Tuesday, October 9, 2012

What's New?: 10.9.2012

The Blue Sky Boys — Bluegrass Mountain Music (1940's/1950's)

It says "bluegrass" on the label, but it sounds more in the line of harmony country to me.  This two record, twenty song set was picked up on the cheap just because of what it is.  Which is to say: a mammoth introductory document of a long-forgotten country music combo.  And first things first here: jeez, these songs are all kinds of inappropriate!  Many tales of murder, debauchery and just plain old not gettin' along are recounted here, many times over.  'Down on the Banks of the Ohio' is about as sociopath as they come.  And that's a recurring theme here: pleasant music until you actually pay attention to the words, which is when you just kind of put your head in your hands and marvel at the dynamics at play.  While, on the other hand, there's a balladry and sense of sheer beauty at play here that isn't completely happy, but seem to be aware of much past the material's inception.  All in all, it doesn't seem to fully compute.  And yet, it works.  Really lovely, rootsy, folky stuff.

Leo Kottke — Ice Water (1974)

This album begins with, and I'm completely honest here, one of the greatest ever side one/track one's of all time.  'Morning is the Long Way Home' is the sort of uber-introspective, faux-Bob Dylan number that Leo's vocal music seemed to propose all along.  He achieved it here.  Whoo boy, did he ever.  It combines Leo's unmatched fretting skills head-on with his whimsically world-weary point of view and the results are just pure magic.  I'm not even kidding when I say it has, this quickly, become one of my favorite songs ever.  The rest of the album is a grab bag of mid-70's guitar virtuoso Leo and mid-70's folk-rocker Leo.  The instrumentals are among his best, the vocal numbers (outside of the first track) are mid-grade.  The ethereal, album closing 'A Child Should be a Fish' is not only a few years ahead of its time in the long run (though right on par with John Martyn's indulgences of the time), it points directly towards his very next move.

Leo Kottke — Dreams and All that Stuff (1974)

An all instrumental album, for the first time in a few years. It's just an odd-sounding piece of work. Have a gander at the cover art. And yeah, it sounds kind of like that. Leo sits alone with just his guitar for the first time in a long time and plenty o'newstuffs hits his cerebral cortex. The songs have multi-movements, float in and out of one another and just generally coexist. Just have a listen to 'When Shrimps Learn to Whistle' to get an idea of what I mean. I too, scoffed at the synths and studio polishings at first. But, when that change up hits, that's just when it becomes clear that he's kind of joking. But, also not. It's such a blurry album of brilliance, it's hard to see where the jokes stop and and the seriousness begins. Is there even a distinction with Leo? Who cares? This album seems to be forgotten. Shame, that.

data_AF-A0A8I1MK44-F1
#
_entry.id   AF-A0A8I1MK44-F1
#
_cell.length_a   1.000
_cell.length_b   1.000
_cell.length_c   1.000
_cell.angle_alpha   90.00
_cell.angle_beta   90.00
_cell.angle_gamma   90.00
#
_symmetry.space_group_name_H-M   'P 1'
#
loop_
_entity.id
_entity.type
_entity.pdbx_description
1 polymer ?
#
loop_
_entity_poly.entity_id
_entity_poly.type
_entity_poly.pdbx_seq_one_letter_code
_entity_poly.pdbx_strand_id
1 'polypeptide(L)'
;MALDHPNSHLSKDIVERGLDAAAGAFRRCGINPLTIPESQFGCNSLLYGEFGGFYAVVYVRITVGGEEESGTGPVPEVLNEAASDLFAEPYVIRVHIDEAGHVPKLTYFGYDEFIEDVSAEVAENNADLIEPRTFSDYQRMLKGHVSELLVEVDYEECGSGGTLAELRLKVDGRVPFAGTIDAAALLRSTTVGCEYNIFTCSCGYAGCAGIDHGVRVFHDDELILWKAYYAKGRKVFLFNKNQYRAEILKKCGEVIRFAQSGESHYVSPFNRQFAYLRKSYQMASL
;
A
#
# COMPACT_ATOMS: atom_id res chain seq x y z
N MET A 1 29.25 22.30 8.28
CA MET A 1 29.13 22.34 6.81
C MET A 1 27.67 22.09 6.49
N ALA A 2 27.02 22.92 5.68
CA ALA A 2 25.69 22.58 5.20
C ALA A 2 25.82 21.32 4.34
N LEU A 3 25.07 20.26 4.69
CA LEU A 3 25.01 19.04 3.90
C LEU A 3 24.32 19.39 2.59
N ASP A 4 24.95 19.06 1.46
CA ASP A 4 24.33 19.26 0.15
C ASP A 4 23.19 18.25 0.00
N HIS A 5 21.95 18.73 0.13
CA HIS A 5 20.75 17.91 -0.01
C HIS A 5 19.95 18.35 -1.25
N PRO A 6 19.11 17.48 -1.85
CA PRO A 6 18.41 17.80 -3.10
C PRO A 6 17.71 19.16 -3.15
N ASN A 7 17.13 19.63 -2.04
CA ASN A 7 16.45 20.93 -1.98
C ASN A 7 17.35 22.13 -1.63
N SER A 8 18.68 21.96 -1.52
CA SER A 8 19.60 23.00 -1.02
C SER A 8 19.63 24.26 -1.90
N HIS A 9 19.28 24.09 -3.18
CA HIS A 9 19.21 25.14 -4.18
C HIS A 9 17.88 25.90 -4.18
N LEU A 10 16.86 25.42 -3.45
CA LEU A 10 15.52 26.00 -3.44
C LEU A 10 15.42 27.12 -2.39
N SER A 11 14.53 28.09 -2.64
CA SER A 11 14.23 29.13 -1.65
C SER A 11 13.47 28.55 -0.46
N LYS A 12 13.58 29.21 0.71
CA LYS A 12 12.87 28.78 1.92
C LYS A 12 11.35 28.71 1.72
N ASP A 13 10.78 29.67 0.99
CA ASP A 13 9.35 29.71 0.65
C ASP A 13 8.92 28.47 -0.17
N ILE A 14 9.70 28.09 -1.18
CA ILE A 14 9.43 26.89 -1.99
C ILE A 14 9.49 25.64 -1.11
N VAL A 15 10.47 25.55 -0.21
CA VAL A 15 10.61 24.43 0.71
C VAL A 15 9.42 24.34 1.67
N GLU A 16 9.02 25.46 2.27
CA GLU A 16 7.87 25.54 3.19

Kraftwerk — Radio-Activity (1975)

One of the most influential albums of all time, plain and simple. Can you believe that the title track from this album predated the punks?  Not to mention, without its existence, one of my favorite albums of all time wouldn't have come to fruition.  The idea that the word "radioactivity" could be reclaimed as a manifesto for people wanting to use music as form of rebellion against the system that had made "radioactivity" something of notoriety in the first place — well that, my dear friends, is why I like music.  It's conceptual as hell, all the songs bleed into one another, Depeche Mode totally ripped it off too and a lot of its original lyrics were left sung in German.  Through it all, there is something screamingly human about this music.  So, there.  Kraftwerk's best album? 

Cal Tjader — Breeze From the East (1963)